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There is a concept in chemistry known as activation energy.

Here’s how it works:

Activation energy is the minimum amount of energy that must be available for a chemical reaction to occur. Let’s say you are holding a match and that you gently touch it to the striking strip on the side of the match box. Nothing will happen because the energy needed to activate a chemical reaction and spark a fire is not present.

However, if you strike the match against the strip with some force, then you create the friction and heat required to light the match on fire. The energy you added by striking the match was enough to reach the activation energy threshold and start the reaction.

Chemistry textbooks often explain activation energy with a chart like this:


It’s sort of like rolling a boulder up a hill. You have to add some extra energy to the equation to push the boulder to the top. Once you’ve reached the peak, however, the boulder will roll the rest of the way by itself. Similarly, chemical reactions require additional energy to get started and then proceed the rest of the way.

Alright, so activation energy is involved in chemical reactions all around us, but how is this useful and practical for our everyday lives?

Before we talk about how to get started, I wanted to let you know I researched and compiled science-backed ways to stick to good habits and stop procrastinating. Want to check out my insights

Similar to how every chemical reaction has an activation energy, we can think of every habit or behavior as having an activation energy as well.

This is just a metaphor of course, but no matter what habit you are trying to build there is a certain amount of effort required to start the habit. In chemistry, the more difficult it is for a chemical reaction to occur, the bigger the activation energy. For habits, it’s the same story. The more difficult or complex a behavior, the higher the activation energy required to start it.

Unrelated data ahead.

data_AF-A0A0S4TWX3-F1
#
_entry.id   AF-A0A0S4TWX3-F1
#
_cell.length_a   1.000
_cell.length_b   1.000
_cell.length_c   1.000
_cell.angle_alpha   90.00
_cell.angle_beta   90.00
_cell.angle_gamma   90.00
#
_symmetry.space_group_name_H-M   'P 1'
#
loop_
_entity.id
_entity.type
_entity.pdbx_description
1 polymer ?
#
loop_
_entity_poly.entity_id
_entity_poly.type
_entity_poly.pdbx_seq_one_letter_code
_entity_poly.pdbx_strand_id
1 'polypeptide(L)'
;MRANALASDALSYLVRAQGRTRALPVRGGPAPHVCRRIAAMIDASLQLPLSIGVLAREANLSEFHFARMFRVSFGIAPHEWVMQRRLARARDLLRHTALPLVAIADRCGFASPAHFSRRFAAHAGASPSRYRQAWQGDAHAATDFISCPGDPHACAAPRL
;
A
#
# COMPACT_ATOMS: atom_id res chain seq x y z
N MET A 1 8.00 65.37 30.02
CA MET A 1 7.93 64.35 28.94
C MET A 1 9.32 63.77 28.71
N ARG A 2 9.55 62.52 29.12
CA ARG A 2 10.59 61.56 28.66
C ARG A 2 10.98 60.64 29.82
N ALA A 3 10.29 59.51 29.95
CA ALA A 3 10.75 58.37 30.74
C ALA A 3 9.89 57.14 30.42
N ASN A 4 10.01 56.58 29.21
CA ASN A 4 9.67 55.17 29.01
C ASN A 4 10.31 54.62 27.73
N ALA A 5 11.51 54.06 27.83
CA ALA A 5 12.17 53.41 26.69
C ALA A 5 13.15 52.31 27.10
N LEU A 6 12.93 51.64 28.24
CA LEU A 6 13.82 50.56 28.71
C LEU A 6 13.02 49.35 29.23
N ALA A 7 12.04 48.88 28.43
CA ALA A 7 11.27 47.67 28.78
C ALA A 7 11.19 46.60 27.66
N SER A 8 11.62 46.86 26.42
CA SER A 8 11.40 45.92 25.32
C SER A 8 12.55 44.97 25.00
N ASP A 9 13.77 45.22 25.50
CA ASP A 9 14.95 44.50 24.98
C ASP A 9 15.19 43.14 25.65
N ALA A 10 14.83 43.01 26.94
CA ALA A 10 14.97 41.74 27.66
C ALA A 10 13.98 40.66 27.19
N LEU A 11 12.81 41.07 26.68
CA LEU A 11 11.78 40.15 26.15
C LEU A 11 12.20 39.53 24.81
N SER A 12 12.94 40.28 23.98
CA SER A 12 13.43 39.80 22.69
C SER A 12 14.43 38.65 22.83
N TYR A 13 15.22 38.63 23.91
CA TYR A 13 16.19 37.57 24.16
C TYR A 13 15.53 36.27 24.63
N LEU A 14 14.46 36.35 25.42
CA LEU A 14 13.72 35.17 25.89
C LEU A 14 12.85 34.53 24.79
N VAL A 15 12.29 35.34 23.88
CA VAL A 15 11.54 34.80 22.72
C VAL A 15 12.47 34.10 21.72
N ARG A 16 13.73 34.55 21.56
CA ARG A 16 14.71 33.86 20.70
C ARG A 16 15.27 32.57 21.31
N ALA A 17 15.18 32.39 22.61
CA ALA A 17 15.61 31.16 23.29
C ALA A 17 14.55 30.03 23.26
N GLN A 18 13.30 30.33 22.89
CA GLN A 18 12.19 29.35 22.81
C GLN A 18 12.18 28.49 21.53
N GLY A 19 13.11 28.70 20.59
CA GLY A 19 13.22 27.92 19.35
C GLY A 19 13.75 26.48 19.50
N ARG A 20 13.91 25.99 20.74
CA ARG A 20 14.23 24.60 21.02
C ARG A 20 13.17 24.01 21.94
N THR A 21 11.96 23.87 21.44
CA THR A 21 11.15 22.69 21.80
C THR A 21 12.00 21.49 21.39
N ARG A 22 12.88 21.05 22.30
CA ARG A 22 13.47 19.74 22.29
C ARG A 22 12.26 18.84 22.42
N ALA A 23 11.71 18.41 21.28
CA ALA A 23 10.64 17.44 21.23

For example, sticking to the habit of doing 1 pushup per day requires very little energy to get started. Meanwhile, doing 100 pushups per day is a habit with a much higher activation energy. It’s going to take more motivation, energy, and grit to start complex habits day after day.

Here’s a common problem that I’ve experienced when trying to build new habits:

It can be really easy to get motivated and hyped up about a big goal that you want to achieve. This big goal leads you to think that you need to revitalize and change your life with a new set of ambitious habits. In short, you get stuck dreaming about life-changing outcomes rather than making lifestyle improvements.

The problem is that big goals often require big activation energies. In the beginning you might be able to find the energy to get started each day because you’re motivated and excited about your new goal, but pretty soon (often within a few weeks) that motivation starts to fade and suddenly you’re lacking the energy you need to activate your habit each day.

This is lesson one: Smaller habits require smaller activation energies and that makes them more sustainable. The bigger the activation energy is for your habit, the more difficult it will be to remain consistent over the long-run. When you require a lot of energy to get started there are bound to be days when starting never happens.